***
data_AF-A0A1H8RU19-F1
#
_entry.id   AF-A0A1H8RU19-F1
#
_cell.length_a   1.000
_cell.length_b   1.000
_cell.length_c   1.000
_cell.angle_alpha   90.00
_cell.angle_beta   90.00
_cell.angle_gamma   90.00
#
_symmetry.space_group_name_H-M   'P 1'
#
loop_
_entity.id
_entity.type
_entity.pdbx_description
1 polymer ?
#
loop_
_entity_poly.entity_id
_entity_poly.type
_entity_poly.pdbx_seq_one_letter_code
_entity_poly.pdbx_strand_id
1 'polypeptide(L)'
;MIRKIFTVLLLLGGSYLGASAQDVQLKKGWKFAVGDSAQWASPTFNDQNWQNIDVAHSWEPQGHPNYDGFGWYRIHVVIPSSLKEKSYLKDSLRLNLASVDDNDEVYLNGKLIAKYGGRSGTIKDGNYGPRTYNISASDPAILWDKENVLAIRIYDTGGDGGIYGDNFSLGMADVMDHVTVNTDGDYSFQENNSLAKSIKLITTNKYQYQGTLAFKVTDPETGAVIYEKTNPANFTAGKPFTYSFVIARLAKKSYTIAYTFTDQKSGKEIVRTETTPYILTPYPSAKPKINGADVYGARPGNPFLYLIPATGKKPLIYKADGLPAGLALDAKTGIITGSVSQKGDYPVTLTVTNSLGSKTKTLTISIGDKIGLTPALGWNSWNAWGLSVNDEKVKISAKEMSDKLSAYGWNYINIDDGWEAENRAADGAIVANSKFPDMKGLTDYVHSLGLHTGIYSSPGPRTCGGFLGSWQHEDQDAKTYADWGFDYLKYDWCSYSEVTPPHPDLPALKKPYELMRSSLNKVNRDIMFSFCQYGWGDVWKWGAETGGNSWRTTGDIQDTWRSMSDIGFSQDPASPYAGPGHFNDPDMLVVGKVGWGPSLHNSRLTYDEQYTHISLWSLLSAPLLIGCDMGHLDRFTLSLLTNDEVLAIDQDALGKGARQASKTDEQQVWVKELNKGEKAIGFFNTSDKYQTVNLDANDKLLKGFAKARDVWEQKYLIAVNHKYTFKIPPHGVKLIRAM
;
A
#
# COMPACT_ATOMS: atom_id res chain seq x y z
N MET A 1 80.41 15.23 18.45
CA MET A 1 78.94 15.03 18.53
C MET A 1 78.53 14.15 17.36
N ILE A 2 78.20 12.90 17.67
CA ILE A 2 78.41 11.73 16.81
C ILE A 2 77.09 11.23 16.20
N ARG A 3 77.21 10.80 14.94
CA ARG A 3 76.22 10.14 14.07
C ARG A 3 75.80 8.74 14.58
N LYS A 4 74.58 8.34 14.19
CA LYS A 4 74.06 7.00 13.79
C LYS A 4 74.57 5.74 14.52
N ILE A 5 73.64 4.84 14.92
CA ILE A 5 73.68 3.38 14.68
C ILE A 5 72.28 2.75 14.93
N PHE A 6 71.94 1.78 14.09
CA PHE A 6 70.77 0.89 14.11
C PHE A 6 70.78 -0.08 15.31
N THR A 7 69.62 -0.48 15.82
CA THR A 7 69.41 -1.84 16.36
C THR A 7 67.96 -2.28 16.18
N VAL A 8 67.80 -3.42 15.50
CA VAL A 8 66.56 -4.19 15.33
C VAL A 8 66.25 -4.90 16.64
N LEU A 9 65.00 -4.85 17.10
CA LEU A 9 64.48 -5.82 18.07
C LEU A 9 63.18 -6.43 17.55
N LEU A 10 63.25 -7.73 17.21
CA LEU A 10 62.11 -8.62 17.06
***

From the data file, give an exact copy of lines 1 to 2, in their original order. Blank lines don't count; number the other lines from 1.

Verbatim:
data_AF-A0A1H8RU19-F1
#